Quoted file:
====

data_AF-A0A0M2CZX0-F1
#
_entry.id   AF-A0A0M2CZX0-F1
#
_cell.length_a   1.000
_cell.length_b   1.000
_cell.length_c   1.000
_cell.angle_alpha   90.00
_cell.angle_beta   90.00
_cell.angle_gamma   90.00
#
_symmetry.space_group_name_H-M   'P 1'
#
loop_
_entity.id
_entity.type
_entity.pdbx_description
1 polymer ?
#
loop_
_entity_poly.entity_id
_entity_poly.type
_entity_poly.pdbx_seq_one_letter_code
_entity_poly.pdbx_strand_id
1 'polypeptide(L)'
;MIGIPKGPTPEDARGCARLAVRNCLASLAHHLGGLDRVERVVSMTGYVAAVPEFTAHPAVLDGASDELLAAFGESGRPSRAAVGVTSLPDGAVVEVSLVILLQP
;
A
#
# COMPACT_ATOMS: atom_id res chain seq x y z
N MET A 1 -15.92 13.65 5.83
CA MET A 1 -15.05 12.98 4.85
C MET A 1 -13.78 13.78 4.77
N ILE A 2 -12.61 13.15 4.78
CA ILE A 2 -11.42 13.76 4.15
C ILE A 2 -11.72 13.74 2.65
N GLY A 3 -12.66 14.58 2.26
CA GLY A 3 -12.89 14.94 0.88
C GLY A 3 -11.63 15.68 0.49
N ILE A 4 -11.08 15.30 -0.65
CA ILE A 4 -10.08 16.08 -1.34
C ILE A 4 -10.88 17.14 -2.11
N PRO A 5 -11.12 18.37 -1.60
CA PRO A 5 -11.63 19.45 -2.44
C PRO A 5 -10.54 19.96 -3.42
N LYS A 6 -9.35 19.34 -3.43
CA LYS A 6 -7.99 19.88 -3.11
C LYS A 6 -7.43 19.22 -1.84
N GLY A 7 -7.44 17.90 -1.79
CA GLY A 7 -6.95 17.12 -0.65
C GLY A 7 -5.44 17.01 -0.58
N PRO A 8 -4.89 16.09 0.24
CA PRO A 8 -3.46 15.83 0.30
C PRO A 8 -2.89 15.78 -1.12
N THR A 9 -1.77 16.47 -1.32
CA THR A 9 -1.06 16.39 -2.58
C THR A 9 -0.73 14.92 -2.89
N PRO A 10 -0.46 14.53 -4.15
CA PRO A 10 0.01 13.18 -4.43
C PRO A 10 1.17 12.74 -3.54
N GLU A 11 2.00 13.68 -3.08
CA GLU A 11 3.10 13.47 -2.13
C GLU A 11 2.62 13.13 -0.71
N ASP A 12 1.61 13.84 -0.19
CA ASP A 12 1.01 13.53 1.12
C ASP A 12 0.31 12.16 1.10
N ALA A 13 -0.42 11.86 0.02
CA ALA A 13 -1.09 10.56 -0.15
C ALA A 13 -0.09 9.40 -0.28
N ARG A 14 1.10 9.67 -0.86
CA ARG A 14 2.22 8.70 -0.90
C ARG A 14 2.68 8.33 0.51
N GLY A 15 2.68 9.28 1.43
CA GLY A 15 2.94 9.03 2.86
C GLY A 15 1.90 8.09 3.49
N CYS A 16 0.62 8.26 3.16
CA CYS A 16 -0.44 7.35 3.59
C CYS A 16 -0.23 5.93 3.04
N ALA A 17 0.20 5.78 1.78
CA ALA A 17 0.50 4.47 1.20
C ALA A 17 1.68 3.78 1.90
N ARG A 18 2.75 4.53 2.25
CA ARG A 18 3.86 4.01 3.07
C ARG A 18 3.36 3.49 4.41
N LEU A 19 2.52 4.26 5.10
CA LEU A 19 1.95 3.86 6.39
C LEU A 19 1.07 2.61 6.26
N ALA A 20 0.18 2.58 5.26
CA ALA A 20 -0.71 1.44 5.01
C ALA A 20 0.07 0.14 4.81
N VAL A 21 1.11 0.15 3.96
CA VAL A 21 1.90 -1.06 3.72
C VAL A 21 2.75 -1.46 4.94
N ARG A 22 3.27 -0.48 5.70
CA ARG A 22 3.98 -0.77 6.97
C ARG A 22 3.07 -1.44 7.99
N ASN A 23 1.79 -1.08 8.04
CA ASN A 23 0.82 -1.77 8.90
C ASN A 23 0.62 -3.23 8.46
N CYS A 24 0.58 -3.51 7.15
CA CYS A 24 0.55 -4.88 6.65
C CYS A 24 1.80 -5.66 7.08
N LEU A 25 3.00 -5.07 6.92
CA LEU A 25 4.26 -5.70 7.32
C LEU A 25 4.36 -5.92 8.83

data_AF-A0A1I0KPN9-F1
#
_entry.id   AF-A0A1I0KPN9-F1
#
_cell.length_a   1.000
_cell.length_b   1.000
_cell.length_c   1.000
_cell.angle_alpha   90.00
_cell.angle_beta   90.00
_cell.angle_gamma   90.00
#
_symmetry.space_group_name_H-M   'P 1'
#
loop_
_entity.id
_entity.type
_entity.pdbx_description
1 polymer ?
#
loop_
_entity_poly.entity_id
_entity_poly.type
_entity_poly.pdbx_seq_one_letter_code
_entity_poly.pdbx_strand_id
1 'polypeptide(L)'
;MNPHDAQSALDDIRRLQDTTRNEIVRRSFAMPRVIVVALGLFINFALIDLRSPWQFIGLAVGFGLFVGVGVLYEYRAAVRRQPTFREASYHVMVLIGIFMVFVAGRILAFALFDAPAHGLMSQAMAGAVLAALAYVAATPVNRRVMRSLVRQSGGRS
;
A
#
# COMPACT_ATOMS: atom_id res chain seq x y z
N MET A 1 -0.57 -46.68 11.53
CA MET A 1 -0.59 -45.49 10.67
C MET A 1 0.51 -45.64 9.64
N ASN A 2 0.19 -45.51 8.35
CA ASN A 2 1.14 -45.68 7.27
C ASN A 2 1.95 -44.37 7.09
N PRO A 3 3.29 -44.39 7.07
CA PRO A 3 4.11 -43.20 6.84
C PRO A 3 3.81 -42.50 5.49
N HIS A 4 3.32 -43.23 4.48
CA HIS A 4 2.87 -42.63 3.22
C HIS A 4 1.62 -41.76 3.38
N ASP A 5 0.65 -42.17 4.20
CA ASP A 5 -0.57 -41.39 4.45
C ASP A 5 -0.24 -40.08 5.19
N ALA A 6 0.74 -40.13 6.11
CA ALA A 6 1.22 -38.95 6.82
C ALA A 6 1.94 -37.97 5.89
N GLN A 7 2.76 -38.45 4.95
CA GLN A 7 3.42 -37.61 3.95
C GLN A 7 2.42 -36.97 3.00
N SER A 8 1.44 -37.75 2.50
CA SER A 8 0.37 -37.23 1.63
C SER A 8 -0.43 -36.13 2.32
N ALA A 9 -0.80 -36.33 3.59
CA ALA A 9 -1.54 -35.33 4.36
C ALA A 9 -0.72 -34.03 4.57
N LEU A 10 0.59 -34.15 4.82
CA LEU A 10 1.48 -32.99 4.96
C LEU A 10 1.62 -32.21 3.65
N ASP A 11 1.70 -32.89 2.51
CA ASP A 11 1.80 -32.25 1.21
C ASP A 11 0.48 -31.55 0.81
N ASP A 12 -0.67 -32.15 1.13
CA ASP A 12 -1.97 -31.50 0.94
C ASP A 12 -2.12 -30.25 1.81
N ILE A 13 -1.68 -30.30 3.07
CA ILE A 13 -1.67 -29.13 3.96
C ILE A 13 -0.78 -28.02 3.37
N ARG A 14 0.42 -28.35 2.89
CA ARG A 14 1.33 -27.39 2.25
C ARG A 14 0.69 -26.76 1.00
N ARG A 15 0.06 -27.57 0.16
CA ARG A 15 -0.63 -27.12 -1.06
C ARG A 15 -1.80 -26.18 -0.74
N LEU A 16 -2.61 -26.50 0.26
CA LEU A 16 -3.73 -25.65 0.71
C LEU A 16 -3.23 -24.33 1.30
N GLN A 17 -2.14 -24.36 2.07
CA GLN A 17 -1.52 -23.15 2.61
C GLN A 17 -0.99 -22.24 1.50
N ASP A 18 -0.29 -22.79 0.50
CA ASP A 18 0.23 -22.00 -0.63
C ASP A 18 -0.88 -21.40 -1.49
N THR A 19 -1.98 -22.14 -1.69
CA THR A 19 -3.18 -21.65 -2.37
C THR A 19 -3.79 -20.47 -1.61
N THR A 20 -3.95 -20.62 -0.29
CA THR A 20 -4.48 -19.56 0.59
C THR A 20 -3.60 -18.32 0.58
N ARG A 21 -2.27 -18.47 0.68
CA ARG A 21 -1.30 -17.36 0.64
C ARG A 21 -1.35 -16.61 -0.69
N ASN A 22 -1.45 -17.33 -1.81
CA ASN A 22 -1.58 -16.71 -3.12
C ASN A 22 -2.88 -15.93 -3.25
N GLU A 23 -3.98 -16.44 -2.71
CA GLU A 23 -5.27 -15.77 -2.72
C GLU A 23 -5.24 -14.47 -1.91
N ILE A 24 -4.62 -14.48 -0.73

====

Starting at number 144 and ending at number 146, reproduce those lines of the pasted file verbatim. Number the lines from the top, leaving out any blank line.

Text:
C PRO A 3 3.81 -42.50 5.49
N HIS A 4 3.32 -43.23 4.48
CA HIS A 4 2.87 -42.63 3.22